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Free Radic Biol Med. 2010 Jan 1;48(1):136-44. doi: 10.1016/j.freeradbiomed.2009.10.035. Epub 2009 Oct 23.

In vivo oxidative stress in brain of Alzheimer disease transgenic mice: Requirement for methionine 35 in amyloid beta-peptide of APP.

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Department of Chemistry, Center of Membrane Sciences, and Sanders-Brown Center on Aging, University of Kentucky, Lexington, KY 40506, USA.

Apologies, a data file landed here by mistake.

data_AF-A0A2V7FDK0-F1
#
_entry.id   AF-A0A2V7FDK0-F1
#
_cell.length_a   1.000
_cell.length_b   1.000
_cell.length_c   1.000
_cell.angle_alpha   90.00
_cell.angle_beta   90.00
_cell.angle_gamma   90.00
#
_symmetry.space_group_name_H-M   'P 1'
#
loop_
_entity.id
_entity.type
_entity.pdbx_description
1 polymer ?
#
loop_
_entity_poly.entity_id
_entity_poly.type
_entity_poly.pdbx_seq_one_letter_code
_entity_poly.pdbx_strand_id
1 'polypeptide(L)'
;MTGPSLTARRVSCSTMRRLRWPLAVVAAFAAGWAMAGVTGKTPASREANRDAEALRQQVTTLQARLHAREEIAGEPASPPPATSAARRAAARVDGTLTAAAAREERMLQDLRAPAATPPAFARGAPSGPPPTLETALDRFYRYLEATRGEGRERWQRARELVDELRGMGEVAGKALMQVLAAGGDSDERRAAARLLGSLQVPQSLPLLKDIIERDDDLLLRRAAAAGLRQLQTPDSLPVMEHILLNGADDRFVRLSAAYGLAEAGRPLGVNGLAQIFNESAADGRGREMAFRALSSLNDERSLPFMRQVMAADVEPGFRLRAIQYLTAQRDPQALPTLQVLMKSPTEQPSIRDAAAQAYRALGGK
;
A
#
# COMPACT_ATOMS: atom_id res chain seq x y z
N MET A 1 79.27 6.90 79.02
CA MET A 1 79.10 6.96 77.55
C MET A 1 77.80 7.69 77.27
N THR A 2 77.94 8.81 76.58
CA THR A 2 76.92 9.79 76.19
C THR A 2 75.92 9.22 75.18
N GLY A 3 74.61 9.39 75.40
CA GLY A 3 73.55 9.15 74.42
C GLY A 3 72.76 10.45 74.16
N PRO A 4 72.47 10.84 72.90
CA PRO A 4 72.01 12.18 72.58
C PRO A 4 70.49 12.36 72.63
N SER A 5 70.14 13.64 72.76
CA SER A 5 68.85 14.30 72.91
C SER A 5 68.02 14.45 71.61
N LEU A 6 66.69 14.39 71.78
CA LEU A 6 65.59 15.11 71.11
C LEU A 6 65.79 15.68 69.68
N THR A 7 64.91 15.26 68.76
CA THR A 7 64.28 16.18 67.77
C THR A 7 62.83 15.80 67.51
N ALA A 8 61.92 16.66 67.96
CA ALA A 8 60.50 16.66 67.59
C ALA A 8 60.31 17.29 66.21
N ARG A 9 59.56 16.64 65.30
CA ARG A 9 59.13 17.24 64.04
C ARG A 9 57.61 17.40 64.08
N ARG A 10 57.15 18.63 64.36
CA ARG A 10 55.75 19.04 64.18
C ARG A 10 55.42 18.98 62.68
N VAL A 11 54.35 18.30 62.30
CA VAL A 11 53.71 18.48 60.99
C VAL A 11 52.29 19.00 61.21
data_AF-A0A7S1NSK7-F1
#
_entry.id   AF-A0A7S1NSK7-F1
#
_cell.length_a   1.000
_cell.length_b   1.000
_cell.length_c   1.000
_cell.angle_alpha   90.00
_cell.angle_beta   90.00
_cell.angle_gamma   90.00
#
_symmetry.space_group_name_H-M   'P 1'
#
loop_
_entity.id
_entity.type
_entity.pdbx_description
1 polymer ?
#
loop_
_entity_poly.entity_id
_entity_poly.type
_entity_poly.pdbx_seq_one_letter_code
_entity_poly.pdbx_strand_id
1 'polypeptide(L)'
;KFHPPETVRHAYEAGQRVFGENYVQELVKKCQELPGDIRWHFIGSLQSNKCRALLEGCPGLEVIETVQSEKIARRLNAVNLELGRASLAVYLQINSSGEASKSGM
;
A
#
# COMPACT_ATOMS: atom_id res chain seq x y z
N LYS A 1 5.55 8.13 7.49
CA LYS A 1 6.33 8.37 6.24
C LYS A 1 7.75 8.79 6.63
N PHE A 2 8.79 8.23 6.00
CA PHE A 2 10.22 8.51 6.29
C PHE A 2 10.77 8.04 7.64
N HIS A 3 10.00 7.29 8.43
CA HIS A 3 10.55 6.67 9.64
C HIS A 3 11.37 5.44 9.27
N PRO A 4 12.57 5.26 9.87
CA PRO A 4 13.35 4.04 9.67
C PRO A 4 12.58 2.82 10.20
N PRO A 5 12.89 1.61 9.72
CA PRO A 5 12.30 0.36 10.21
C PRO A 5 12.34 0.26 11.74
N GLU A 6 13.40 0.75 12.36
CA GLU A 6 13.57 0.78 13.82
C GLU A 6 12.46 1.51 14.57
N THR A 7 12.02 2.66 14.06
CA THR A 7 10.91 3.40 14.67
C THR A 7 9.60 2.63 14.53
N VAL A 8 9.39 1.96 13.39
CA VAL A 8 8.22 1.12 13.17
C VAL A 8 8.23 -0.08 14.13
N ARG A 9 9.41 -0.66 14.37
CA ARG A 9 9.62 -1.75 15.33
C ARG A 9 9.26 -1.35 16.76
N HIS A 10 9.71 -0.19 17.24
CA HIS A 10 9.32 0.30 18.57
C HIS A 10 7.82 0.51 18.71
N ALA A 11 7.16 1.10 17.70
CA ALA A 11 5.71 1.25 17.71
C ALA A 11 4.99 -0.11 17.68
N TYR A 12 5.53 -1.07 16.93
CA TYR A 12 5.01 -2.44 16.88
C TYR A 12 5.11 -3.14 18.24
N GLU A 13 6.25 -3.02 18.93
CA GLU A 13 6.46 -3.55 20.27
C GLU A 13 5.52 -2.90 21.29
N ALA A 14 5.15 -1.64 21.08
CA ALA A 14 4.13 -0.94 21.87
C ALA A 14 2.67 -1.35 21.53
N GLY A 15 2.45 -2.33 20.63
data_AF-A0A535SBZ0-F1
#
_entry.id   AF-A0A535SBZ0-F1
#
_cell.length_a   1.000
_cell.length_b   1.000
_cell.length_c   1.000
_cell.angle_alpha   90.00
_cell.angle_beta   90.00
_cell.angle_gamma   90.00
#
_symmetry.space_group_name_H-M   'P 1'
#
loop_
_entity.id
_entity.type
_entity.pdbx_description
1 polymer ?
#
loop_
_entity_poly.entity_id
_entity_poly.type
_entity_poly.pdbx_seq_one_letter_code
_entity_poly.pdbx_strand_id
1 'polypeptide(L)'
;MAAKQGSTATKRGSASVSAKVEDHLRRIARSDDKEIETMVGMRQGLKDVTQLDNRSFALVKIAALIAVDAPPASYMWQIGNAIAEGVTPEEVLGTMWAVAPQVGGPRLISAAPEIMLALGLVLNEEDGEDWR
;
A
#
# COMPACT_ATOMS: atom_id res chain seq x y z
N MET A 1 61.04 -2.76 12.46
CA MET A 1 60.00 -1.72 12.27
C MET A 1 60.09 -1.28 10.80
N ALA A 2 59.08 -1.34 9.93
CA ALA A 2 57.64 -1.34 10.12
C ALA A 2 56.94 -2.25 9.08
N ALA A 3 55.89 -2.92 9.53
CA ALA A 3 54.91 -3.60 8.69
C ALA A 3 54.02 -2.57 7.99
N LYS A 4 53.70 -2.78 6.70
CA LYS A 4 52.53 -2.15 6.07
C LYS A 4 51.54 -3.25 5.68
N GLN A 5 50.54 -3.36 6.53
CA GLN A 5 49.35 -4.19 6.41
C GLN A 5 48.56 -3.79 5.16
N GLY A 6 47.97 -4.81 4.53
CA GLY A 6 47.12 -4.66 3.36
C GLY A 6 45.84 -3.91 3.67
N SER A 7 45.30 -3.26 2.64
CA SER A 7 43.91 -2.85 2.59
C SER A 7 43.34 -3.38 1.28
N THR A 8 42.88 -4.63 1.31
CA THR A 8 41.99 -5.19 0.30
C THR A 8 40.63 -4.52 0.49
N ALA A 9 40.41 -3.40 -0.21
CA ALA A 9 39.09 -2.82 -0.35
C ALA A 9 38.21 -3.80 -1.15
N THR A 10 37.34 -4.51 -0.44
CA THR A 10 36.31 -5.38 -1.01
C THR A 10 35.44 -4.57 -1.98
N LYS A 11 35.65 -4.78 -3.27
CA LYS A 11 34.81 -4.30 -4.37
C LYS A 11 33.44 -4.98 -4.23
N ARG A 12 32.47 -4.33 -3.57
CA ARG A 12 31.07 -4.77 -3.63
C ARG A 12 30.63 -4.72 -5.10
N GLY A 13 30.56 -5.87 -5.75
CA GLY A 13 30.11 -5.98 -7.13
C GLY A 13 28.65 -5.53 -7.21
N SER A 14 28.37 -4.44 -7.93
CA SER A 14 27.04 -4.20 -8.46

Numerous studies have demonstrated oxidative damage in the central nervous system in subjects with Alzheimer disease and in animal models of this dementing disorder. In this study, we show that transgenic mice modeling Alzheimer disease-PDAPP mice with Swedish and Indiana mutations in the human amyloid precursor protein (APP)-develop oxidative damage in brain, including elevated levels of protein oxidation (indexed by protein carbonyls and 3-nitrotyrosine) and lipid peroxidation (indexed by protein-bound 4-hydroxy-2-nonenal). This oxidative damage requires the presence of a single methionine residue at position 35 of the amyloid beta-peptide (Abeta), because all indices of oxidative damage in brain were completely prevented in genetically and age-matched PDAPP mice with an M631L mutation in APP. No significant differences in the levels of APP, Abeta(1-42), and Abeta(1-40) or in the ratio Abeta(1-42)/Abeta(1-40) were found, suggesting that the loss of oxidative stress in vivo in the brain of PDAPP(M631L) mice results solely from the mutation of the Met35 residue to Leu in the Abeta peptide. However, a marked reduction in Abeta-immunoreactive plaques was observed in the M631L mice, which instead displayed small punctate areas of nonplaque immunoreactivity and a microglial response. In contrast to the requirement for Met at residue 35 of the Abeta sequence (M631 of APP) for oxidative damage, indices of spatial learning and memory were not significantly improved by the M631L substitution. Furthermore, a genetically matched line with a different mutation-PDAPP(D664A)-showed the reverse: no reduction in oxidative damage but marked improvement in memory. This is the first in vivo study to demonstrate the requirement for Abeta residue Met35 for oxidative stress in the brain of a mammalian model of Alzheimer disease. However, in this specific transgenic mouse model of AD, oxidative stress is neither required nor sufficient for memory abnormalities.

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